Published: 8 December 2016
Prescriber Update 37(4): 54
Approval is required from the Director-General of Health before a clinical trial using a ‘new medicine’ or ‘investigational product’ may commence in New Zealand. The application and approval process for clinical trials is delegated to and administered by Medsafe.
A ‘new medicine’ is a medicine for which consent for distribution in New Zealand has not been granted or the approval has lapsed. In some circumstances, a substance that is commonly used as an ingredient in food, dietary supplement or cosmetic is used in a clinical trial. That substance, when administered to human beings for a therapeutic purpose, as defined by the Medicines Act 1981, as part of a clinical trial, is considered to be a new medicine and approval for the trial under Section 30 of the Medicines Act 1981 is required. ‘Investigational product’ is defined in the International Conference on Harmonisation (ICH) Guideline for Good Clinical Practice (GCP). Definitions of the regulatory status of medicines are on the Medsafe website (www.medsafe.govt.nz/Medicines/registration-situation.asp).
Section 30 of the Medicines Act 1981 authorises the Director-General of Health to approve a clinical trial and to allow importation of a ‘new medicine’. All applications, except for bioequivalence trials, are considered by a committee of the Health Research Council of New Zealand (HRC) and the approval is given on the recommendation of this committee. The HRC maintains two committees to consider clinical trial applications involving a new medicine.
Medsafe notifies the applicant of the committee’s decision within 45 days of receiving the application. If the decision is to approve the trial, an approval letter will be issued. The Medsafe approval letter serves as a customs clearance document to import an investigational product. If the decision is for a provisional approval or to decline an application, the reasons will be provided to the applicant.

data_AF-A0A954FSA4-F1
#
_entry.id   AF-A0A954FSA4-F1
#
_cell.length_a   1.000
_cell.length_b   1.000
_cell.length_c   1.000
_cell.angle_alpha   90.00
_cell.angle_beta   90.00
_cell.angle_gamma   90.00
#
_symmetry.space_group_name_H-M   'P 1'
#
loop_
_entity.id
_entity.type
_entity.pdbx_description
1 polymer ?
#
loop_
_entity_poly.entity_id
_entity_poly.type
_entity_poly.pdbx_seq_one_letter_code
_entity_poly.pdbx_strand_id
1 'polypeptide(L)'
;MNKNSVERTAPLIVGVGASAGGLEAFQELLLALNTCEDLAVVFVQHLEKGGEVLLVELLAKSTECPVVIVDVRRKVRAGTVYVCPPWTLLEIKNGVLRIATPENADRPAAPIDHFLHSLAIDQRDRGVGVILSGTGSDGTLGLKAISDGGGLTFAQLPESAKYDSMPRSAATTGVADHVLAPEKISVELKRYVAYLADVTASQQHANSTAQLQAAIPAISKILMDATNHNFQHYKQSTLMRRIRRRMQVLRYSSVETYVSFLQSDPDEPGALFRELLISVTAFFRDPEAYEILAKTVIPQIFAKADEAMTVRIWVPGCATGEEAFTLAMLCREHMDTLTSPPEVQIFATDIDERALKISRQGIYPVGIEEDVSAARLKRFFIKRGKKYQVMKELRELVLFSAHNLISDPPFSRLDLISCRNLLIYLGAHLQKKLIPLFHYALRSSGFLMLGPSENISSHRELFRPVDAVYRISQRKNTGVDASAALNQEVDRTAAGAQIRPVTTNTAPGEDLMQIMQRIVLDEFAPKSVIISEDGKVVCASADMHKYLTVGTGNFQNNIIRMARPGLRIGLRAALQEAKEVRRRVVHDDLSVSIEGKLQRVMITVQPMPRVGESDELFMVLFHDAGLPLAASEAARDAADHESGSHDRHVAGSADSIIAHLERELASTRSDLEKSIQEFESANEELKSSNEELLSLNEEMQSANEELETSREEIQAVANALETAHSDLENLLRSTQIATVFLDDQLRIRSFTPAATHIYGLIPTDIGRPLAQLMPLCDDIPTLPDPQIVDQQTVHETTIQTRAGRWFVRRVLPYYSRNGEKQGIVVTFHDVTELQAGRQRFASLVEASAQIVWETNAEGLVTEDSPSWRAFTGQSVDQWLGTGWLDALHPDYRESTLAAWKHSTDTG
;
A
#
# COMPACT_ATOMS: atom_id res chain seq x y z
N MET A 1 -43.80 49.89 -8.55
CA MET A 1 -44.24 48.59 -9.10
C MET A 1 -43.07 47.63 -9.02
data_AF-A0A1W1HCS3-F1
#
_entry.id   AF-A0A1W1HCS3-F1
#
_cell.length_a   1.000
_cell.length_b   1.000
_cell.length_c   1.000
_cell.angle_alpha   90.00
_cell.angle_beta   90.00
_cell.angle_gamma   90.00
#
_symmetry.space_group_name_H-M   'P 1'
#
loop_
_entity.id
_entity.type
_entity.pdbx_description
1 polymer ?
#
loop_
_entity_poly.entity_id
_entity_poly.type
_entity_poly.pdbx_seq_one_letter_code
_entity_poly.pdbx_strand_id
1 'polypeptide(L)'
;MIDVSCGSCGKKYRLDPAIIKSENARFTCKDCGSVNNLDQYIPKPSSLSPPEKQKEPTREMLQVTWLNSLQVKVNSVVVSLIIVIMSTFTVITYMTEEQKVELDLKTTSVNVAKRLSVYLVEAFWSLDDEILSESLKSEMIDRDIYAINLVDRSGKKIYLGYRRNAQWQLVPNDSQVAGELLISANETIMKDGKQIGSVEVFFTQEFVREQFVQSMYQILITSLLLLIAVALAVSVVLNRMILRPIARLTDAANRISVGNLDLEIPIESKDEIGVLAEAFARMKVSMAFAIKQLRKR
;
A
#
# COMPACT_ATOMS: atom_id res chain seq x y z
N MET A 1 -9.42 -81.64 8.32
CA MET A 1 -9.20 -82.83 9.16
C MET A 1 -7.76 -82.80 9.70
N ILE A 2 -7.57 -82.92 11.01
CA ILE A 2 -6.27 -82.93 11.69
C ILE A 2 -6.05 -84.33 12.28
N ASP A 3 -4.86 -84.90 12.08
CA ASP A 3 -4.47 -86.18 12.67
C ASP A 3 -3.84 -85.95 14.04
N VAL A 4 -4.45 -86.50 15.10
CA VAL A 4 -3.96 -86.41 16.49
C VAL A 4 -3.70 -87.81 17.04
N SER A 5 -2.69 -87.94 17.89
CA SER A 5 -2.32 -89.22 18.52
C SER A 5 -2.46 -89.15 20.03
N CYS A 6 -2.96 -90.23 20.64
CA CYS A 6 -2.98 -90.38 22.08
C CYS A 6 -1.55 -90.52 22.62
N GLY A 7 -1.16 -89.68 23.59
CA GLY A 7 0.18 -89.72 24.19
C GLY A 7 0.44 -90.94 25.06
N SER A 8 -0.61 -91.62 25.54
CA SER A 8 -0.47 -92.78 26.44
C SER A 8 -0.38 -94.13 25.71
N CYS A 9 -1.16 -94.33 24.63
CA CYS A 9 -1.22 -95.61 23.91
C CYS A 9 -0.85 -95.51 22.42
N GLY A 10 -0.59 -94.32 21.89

An ethics approval system applies to all clinical trials conducted in New Zealand. This is a separate process administered by the New Zealand Health and Disability Ethics Committee. At present, medical devices do not require approval under the New Zealand Medicines legislation. However, the Health and Disability Ethics Committee approval should be obtained for clinical trials of medical devices.
All clinical trials in New Zealand are expected to be conducted in accordance with internationally accepted GCP standards (www.ich.org/products/guidelines/efficacy/efficacy-single/article/good-clinical-practice.html). In order to achieve compliance with the New Zealand law, some requirements of the GCP guidance have been modified as outlined in Part 11 of the Guideline on the Regulation of Therapeutic Products in New Zealand (www.medsafe.govt.nz/regulatory/Guideline/GRTPNZ/Part11.pdf).
Compliance with other legislation such as the Hazardous Substances and New Organisms Act 1996 or the Misuse of Drugs Act 1975 may also be required.